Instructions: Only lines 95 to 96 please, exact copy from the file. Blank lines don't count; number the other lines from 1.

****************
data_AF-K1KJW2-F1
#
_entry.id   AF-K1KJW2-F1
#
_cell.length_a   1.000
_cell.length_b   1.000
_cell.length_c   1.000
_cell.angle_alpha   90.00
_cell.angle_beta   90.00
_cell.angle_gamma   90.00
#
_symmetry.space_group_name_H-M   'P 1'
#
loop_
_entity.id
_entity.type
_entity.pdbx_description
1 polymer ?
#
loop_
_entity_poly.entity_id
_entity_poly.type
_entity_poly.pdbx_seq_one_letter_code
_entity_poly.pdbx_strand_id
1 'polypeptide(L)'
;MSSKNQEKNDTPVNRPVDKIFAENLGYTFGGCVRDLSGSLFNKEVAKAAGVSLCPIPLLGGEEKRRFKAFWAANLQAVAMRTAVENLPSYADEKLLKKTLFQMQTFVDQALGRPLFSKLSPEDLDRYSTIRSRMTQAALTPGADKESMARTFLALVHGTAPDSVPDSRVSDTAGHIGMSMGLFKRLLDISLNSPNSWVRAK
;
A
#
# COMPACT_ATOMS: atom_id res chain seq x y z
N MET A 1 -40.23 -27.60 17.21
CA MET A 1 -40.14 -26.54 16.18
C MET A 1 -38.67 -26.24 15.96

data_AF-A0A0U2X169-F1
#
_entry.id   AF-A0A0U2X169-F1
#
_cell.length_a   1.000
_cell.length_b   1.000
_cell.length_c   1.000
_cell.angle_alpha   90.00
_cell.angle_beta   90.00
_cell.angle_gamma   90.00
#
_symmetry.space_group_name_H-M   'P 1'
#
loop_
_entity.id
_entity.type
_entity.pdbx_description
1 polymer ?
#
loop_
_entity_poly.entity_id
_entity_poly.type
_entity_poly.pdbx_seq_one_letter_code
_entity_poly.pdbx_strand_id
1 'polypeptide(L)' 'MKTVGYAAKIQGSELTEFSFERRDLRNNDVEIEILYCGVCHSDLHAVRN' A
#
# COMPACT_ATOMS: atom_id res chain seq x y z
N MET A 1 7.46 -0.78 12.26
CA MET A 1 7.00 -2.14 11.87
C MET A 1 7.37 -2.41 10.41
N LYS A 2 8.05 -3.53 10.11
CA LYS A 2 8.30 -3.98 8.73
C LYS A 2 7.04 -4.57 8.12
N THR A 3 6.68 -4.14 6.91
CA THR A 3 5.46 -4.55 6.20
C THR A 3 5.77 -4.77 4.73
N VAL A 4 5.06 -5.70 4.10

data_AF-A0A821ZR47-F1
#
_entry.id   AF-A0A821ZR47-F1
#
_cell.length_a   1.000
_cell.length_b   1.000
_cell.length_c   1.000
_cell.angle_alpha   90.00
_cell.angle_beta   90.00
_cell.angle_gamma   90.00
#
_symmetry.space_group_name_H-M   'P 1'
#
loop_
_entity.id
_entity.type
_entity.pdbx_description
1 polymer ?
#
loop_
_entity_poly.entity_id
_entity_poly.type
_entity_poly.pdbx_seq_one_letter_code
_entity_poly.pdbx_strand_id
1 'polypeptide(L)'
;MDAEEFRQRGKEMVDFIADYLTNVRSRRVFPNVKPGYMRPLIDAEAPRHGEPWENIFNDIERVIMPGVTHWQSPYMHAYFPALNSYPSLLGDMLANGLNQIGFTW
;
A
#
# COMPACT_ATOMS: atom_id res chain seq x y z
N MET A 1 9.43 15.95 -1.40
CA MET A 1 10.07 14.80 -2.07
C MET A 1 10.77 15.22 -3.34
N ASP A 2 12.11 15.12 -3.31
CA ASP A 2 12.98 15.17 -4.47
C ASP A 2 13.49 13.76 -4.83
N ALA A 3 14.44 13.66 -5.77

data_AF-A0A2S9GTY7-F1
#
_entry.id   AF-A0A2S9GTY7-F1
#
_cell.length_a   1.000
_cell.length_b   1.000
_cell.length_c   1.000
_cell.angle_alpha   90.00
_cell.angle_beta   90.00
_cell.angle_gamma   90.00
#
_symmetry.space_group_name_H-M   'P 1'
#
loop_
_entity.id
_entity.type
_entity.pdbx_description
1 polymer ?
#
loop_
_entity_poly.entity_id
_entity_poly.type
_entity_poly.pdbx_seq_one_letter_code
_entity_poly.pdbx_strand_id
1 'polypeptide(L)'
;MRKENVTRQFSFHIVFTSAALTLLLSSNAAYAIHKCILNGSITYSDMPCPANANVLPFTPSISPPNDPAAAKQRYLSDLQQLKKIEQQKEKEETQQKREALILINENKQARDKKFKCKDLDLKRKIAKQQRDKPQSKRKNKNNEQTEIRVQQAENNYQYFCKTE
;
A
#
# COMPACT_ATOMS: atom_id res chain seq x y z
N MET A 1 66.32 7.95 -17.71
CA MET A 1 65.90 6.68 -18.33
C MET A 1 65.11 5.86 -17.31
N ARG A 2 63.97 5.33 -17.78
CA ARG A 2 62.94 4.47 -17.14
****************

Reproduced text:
1 'polypeptide(L)'
;MDAEEFRQRGKEMVDFIADYLTNVRSRRVFPNVKPGYMRPLIDAEAPRHGEPWENIFNDIERVIMPGVTHWQSPYMHAYFPALNSYPSLLGDMLANGLNQIGFTW